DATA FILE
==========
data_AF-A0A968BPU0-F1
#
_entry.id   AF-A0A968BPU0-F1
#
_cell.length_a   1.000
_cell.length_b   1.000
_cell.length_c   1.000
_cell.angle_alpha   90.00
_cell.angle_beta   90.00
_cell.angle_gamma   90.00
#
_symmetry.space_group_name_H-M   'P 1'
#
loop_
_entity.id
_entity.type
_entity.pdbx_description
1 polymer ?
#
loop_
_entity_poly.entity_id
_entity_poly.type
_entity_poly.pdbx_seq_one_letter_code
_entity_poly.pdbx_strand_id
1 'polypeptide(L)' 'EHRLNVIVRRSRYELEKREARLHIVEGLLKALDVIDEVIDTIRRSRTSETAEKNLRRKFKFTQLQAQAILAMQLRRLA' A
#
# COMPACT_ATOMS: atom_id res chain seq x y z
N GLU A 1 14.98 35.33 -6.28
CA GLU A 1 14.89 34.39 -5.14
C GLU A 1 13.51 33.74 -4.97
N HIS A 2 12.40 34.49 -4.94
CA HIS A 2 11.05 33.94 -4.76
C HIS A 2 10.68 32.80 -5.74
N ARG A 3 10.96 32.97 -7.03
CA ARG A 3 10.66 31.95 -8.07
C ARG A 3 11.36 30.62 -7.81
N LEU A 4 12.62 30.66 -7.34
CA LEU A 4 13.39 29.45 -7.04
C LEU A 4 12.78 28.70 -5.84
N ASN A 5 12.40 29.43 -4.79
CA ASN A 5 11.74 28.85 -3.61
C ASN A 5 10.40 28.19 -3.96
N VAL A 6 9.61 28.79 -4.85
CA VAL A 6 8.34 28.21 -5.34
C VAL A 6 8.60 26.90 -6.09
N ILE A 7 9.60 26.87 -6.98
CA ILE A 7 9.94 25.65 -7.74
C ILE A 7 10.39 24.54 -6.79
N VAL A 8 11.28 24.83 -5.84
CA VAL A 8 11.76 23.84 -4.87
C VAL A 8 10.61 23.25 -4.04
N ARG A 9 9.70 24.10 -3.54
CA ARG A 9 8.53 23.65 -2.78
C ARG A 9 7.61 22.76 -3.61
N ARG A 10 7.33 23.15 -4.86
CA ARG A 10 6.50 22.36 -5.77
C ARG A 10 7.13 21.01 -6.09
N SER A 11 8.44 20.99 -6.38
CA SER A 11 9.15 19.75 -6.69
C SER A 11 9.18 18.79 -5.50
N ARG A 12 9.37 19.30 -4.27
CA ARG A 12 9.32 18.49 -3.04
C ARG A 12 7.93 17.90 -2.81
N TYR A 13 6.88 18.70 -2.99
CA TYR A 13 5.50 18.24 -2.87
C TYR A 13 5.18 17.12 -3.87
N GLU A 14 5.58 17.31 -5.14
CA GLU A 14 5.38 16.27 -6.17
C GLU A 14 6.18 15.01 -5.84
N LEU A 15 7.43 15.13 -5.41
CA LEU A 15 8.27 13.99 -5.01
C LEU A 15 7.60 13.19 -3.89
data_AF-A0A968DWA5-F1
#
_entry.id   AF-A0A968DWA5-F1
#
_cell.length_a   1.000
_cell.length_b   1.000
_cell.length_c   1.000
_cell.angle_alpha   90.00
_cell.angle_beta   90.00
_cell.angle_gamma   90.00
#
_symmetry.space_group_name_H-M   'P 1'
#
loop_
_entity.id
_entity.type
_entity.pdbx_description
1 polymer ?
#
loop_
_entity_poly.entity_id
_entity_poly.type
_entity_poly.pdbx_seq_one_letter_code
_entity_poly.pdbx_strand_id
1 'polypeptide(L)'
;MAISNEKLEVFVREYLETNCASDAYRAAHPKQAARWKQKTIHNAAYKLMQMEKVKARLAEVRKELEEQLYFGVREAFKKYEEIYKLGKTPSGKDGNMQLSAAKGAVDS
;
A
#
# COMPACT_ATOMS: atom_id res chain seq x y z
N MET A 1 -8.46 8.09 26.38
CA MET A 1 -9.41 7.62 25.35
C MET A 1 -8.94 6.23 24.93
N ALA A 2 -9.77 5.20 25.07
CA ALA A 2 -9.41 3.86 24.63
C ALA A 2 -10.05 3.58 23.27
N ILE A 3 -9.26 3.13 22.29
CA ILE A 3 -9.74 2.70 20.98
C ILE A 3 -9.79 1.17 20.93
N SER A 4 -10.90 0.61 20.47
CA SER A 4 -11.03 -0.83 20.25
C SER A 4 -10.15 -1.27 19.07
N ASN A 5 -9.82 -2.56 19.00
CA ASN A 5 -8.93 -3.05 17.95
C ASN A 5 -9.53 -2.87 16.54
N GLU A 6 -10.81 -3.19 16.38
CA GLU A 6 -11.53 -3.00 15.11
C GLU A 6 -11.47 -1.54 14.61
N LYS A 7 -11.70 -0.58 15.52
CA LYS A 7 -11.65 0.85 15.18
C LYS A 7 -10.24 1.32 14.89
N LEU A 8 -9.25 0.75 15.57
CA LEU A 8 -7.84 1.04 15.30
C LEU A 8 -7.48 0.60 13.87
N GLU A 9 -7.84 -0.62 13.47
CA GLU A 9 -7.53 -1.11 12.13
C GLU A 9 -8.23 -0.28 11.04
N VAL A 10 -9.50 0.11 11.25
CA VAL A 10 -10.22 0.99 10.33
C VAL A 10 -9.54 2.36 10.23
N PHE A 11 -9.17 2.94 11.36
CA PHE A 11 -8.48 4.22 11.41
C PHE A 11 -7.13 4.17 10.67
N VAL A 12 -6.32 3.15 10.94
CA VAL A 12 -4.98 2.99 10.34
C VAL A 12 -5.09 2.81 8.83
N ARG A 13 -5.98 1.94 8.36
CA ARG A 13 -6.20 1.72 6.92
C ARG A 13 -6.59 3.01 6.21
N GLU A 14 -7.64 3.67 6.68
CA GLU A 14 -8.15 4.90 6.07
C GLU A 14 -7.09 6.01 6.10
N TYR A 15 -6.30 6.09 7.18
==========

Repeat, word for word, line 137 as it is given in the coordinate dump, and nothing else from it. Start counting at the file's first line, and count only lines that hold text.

CA VAL A 12 -4.98 2.99 10.34